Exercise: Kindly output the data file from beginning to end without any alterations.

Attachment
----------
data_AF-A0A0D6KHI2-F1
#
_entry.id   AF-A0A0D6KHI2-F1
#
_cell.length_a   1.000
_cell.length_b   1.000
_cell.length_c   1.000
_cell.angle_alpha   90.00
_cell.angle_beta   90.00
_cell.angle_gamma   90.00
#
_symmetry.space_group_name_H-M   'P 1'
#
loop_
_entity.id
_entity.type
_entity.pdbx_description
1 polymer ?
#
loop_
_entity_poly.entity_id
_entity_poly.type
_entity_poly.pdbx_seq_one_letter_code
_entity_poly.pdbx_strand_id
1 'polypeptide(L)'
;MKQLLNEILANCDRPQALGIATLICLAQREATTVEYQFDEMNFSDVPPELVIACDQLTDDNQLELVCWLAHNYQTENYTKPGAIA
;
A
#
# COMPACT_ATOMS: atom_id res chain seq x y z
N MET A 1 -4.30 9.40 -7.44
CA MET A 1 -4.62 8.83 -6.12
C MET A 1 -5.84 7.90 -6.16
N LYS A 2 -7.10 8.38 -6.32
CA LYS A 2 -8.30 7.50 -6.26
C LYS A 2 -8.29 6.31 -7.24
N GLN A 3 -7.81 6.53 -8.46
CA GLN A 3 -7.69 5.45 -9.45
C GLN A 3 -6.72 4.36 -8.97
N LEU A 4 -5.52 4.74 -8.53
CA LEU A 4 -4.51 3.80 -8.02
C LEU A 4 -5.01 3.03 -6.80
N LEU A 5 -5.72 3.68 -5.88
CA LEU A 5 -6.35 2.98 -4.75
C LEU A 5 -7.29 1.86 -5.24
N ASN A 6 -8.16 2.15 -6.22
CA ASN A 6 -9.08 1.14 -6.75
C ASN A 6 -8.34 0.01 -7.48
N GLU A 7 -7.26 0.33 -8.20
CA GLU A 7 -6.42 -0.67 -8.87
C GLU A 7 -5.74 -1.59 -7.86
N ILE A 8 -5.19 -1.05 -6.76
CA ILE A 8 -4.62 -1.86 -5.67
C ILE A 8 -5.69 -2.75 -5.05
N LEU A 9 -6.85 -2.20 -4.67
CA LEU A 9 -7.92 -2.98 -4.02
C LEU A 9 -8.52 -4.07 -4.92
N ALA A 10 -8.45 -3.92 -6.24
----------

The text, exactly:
data_AF-A0A0D6KHI2-F1
#
_entry.id   AF-A0A0D6KHI2-F1
#
_cell.length_a   1.000
_cell.length_b   1.000
_cell.length_c   1.000
_cell.angle_alpha   90.00
_cell.angle_beta   90.00
_cell.angle_gamma   90.00
#
_symmetry.space_group_name_H-M   'P 1'
#
loop_
_entity.id
_entity.type
_entity.pdbx_description
1 polymer ?
#
loop_
_entity_poly.entity_id
_entity_poly.type
_entity_poly.pdbx_seq_one_letter_code
_entity_poly.pdbx_strand_id
1 'polypeptide(L)'
;MKQLLNEILANCDRPQALGIATLICLAQREATTVEYQFDEMNFSDVPPELVIACDQLTDDNQLELVCWLAHNYQTENYTKPGAIA
;
A
#
# COMPACT_ATOMS: atom_id res chain seq x y z
N MET A 1 -4.30 9.40 -7.44
CA MET A 1 -4.62 8.83 -6.12
C MET A 1 -5.84 7.90 -6.16
N LYS A 2 -7.10 8.38 -6.32
CA LYS A 2 -8.30 7.50 -6.26
C LYS A 2 -8.29 6.31 -7.24
N GLN A 3 -7.81 6.53 -8.46
CA GLN A 3 -7.69 5.45 -9.45
C GLN A 3 -6.72 4.36 -8.97
N LEU A 4 -5.52 4.74 -8.53
CA LEU A 4 -4.51 3.80 -8.02
C LEU A 4 -5.01 3.03 -6.80
N LEU A 5 -5.72 3.68 -5.88
CA LEU A 5 -6.35 2.98 -4.75
C LEU A 5 -7.29 1.86 -5.24
N ASN A 6 -8.16 2.15 -6.22
CA ASN A 6 -9.08 1.14 -6.75
C ASN A 6 -8.34 0.01 -7.48
N GLU A 7 -7.26 0.33 -8.20
CA GLU A 7 -6.42 -0.67 -8.87
C GLU A 7 -5.74 -1.59 -7.86
N ILE A 8 -5.19 -1.05 -6.76
CA ILE A 8 -4.62 -1.86 -5.67
C ILE A 8 -5.69 -2.75 -5.05
N LEU A 9 -6.85 -2.20 -4.67
CA LEU A 9 -7.92 -2.98 -4.02
C LEU A 9 -8.52 -4.07 -4.92
N ALA A 10 -8.45 -3.92 -6.24